The home secretary has told Sky News the government’s new plan to stop small boat migrants arriving in the UK is “not breaking the law”.
Suella Braverman said she is “very confident” the measures announced on Tuesday “are in compliance with our international law obligations”.
The government revealed its new plan to stop migrants entering the UK on small boats, after more than 45,000 crossed the Channel last year.
Under the plans, arrivals will be detained within the first 28 days without bail or judicial review and the majority would be unable to make claims to stop deportation until they have been returned to the country they came from or a “safe third country such as Rwanda”.
They will also be banned from claiming UK settlement, citizenship or re-entering the UK if they are removed.
The bill has come under severe criticism from opposition MPs and refugee charities, with Amnesty International and the UN Refugee Agency saying the plans would “amount to an asylum ban”.
Labour described the bill as a “con” that was no more likely to be successful than prior Tory efforts to tackle small boat migration across the Channel.
Ms Braverman admitted on Tuesday that the government did not know if the plans were entirely within the conventions of international law.
But she told Sky News’ Kay Burley at Breakfast on Wednesday: “We’re not breaking the law and no government representative has said we’re breaking the law.
“In fact, we’ve made it very clear that we believe we are in compliance with all of our international obligations, for example, the Refugee Convention, the European Convention on Human Rights, other conventions to which we are subject.
“But what’s important is that we do need to take compassionate but necessary and fair measures.
“Now, because there are people who are dying to try and get here. They are breaking our laws. They are abusing the generosity of the British people.”
Ms Braverman’s insistence comes despite a statement by her on the first page of the published bill, which says: “I am unable to make a statement that, in my view, the provisions of the Illegal Migration Bill are compatible with the Convention rights, but the government nevertheless wishes the House to proceed with the bill.”
And in a letter to Conservative MPs and peers urging them to back the bill, Ms Braverman insisted it “does not mean the provisions in the bill are incompatible” with the Human Rights Act.
“Only that there is a more 50% chance that they may not be,” the letter said.
“We are testing the limits but remain confident that this bill is compatible with international law.”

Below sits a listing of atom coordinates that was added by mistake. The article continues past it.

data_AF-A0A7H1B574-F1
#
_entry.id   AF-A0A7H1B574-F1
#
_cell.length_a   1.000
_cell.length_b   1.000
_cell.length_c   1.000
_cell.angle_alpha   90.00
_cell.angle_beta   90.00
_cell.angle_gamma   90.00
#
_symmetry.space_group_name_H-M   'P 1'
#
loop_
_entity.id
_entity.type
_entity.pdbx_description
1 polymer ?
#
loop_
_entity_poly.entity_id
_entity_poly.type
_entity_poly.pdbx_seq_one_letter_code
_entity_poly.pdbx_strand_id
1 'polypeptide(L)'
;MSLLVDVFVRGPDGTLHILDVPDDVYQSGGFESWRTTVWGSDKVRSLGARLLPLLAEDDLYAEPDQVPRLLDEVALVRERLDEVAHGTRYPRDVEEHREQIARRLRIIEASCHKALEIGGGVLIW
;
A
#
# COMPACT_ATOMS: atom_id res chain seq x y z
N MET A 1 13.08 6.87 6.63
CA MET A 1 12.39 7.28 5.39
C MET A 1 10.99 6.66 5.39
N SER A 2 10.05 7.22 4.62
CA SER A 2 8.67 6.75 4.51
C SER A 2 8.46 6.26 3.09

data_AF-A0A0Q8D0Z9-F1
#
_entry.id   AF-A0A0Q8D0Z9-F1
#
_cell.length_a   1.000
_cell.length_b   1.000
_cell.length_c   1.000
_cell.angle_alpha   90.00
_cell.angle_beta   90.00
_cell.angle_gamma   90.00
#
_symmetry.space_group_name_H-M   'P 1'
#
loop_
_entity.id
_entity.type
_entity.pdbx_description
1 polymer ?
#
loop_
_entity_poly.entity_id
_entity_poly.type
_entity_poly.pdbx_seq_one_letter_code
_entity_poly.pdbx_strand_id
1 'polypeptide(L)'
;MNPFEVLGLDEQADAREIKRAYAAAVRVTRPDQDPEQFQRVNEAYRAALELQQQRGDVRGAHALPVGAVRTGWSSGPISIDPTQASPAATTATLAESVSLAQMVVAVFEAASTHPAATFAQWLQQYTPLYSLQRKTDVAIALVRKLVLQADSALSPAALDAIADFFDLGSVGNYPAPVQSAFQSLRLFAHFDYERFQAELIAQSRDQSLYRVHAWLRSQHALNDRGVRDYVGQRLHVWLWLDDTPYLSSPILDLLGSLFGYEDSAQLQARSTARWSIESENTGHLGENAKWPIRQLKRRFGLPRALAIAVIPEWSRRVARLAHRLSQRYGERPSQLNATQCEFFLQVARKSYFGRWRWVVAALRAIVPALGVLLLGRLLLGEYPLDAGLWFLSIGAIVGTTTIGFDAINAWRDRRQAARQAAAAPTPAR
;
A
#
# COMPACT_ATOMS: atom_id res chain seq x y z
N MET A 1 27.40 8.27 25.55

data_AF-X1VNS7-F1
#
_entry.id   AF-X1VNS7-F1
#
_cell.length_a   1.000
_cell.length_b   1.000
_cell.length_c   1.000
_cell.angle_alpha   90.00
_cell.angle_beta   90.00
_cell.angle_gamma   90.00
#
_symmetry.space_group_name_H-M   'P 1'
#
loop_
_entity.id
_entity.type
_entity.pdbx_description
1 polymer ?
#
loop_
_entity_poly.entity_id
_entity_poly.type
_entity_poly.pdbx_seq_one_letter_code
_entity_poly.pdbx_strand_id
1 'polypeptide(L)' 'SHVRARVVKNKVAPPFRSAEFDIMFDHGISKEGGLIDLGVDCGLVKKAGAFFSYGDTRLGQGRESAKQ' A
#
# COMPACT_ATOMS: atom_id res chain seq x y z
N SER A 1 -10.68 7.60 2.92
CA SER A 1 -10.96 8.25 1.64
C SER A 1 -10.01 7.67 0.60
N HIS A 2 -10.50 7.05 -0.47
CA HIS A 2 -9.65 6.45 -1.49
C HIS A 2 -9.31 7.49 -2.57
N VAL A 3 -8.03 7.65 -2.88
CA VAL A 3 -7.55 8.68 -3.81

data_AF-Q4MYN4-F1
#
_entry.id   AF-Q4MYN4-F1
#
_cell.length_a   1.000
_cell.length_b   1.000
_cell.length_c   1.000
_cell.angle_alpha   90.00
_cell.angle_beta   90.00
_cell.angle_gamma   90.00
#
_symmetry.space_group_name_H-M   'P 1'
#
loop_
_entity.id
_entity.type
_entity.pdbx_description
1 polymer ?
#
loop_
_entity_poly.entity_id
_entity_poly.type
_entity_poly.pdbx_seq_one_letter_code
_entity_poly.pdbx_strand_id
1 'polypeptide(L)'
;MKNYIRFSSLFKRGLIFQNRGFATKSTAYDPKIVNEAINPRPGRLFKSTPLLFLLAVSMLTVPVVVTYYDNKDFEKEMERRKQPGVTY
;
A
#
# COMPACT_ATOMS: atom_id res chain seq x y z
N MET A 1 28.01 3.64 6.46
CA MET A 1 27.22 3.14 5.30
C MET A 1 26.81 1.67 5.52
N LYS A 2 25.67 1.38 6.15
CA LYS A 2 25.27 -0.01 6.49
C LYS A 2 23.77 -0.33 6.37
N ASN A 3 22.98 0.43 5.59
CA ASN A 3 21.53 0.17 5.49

Labour: ‘Govt not tackling problem’
The home secretary told Sky News the new plan is the only way to “break the model of the people smuggling gangs” who charge thousands of pounds to transport people across the Channel in small and often overpacked boats.
But Labour’s shadow home secretary Yvette Cooper said the new bill does not deal with the cause of the problem, as she accused the government of failing to tackle smuggling gangs.
She said there needs to be return agreements with other European countries from which the gangs operate.
“They’re not actually tackling the problem,” she told Sky News.
“We think you should get return agreements in place with Europe as part of a wider agreement, particularly with France and Belgium.
“I think if you did that then you wouldn’t need many of the things that the government has talked because that actually would be at the heart of it.”
No dates for first removals and more detention centres
Ms Braverman said people will be able to claim asylum in the UK but “they should choose to come here through safe and legal routes” so they are not breaking the law.
“We have a very generous regime of supporting people coming here lawfully for humanitarian protection,” Ms Braverman added.
“What we can’t go on accepting is people breaking our laws.”
Under the new plan, the government has said new detention centres will be opened, including on military bases, however, Ms Braverman said she could not provide dates of when and where they will open as there are “logistical challenges” – but it will be “very soon”.
She also said she could not give a date for when the first failed asylum seekers will be deported to Rwanda and said the government is doubling the number of asylum caseworkers by more than 2,000 to get through the large backlog of cases.
Ms Braverman said it is costing £6m a day to house asylum claimants in hotels but could not provide details of how much the new plans will save the taxpayer.
Prime Minister Rishi Sunak will face Labour leader Sir Keir Starmer at Prime Minister’s Questions later on Wednesday, where he is certain to challenge him on the new plans.